Beco v. State, 32 Ill. Ct. Cl. 701 (1978)

Dec. 22, 1978 · Illinois Court of Claims · No. 77-CC-1564
32 Ill. Ct. Cl. 701

(No. 77-CC-1564

Charles Beco, Claimant, v. State of Illinois, Respondent.

Opinion filed December 22, 1978.

Polos, C.J.

Claimant, an inmate of an Illinois penal institution, has brought this action to recover the value of certain items of personal property of which he was *702allegedly possessed while incarcerated. Claimant contends that the property in question was lost while in the actual physical possession of the State of Illinois, and that the State is liable as a bailee for the return of that property.

Claimant has proven, by a preponderance of the evidence, that he ordered an eight track FM radio-tape player from Monroe Merchandisers, Inc., of Chicago, Illinois, which was delivered to the Pontiac Correctional Center on April 11, 1977. The cost of the merchandise, including tax and delivery, was $95.73. On April 11, 1977, United Parcel Service delivered the package to the gate house at Pontiac, and a receipt was signed by one Sergeant Staley. The package, however, was never delivered to Claimant.

This Court held in Doubling v. State, 32 Ill.Ct.Cl.1, deciding that the State has a duty to exercise reasonable care to safeguard and return an inmate’s property when it takes actual physical possession of such property during the course of the transfer of an inmate between penal institutions.

While bailment is ordinarily a voluntary contractual transaction between bailor and bailee, various types of constructive and involuntary bailments have been recognized:

“A constructive bailment can be created between an owner of the property and one in possession thereof.” 4A Illinois Law and Practice 550, Bailments, citing Chesterfield Sewer & Water, Inc., v. Citizens Insurance Co. of New Jersey, et al., 57 Ill. App.2d 90, 207 NE2d 84.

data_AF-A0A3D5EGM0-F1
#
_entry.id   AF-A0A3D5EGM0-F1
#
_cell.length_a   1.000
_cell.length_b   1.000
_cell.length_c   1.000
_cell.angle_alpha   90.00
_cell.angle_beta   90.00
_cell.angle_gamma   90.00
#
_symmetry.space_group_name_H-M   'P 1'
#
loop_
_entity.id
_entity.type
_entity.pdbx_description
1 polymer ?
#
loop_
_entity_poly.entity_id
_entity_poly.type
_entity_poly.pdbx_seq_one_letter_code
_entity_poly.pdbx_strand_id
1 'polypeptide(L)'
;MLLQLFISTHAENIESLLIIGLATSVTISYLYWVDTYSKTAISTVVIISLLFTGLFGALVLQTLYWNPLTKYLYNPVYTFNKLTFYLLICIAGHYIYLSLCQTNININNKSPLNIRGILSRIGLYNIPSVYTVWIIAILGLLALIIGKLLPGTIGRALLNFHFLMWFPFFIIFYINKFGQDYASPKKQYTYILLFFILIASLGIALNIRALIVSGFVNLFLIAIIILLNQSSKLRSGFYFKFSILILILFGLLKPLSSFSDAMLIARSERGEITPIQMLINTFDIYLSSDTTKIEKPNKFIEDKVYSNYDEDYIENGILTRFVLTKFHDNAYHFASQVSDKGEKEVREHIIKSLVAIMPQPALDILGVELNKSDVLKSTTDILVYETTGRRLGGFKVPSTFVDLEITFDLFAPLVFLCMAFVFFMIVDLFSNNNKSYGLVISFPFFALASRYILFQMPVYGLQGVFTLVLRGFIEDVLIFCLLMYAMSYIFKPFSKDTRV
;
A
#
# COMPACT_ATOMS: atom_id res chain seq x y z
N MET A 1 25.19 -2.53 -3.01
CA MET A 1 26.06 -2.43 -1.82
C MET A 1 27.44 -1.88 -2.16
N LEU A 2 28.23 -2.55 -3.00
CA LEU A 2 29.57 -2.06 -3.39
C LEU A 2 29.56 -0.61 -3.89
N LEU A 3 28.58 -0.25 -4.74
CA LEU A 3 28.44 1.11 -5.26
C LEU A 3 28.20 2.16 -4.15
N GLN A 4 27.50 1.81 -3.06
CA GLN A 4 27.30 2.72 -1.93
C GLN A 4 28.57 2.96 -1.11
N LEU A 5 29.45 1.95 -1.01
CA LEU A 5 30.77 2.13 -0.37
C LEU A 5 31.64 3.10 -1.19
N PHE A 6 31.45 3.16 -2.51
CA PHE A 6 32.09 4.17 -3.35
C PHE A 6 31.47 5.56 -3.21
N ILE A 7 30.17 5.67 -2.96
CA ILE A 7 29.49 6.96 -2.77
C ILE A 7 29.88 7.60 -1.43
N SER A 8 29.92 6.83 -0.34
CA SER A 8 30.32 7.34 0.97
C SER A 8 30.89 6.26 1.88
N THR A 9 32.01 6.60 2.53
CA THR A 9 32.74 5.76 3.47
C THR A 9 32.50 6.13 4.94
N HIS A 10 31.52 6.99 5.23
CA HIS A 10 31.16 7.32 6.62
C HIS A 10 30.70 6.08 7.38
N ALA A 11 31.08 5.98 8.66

In Chesterfield, the Court quotes form Wooodson v. Hare, 244 Ala. 301, 13 So2d. 172, at 174, as follows;

“An actual contract or one implied in fact is not always necessary to create a bailment. Where, otherwise than by mutual contract of bailment, one person has lawfully acquired the possession of personal property of another and holds it under circumstances whereby he ought, upon principles of justice, to keep it safely and restore it or deliver it to the owner, such *703person and the owner of the property are, by operation of law, generally treated as bailee and bailor under a contract of bailment, irrespective of whether or not there has been any mutual assent, express or implied, to such relationship.”

The loss or damage to bailed property while in the possession of the bailee raises a presumption of negligence which the bailee must rebut by evidence of due care. The effect of this rule is not to shift the ultimate burden of proof from the bailor to the bailee, but simply to shift the burden of proceeding or going forward with the evidence.

At the trial of this cause the State presented no testimony to explain the disappearance of Claimant’s property, and presented no testimony of its freedom from negligence.

Claimant has proven that the State of Illinois, as bailee, took possession of his radio-tape player, and that the radio-tape player was never delivered to him. Under these circumstances a presumption arises that the State of Illinois was negligent in caring for Claimant’s property, and the State of Illinois has presented no evidence to rebut that presumption.

It is therefore ordered that Claimant be, and hereby is, awarded the sum of $95.73.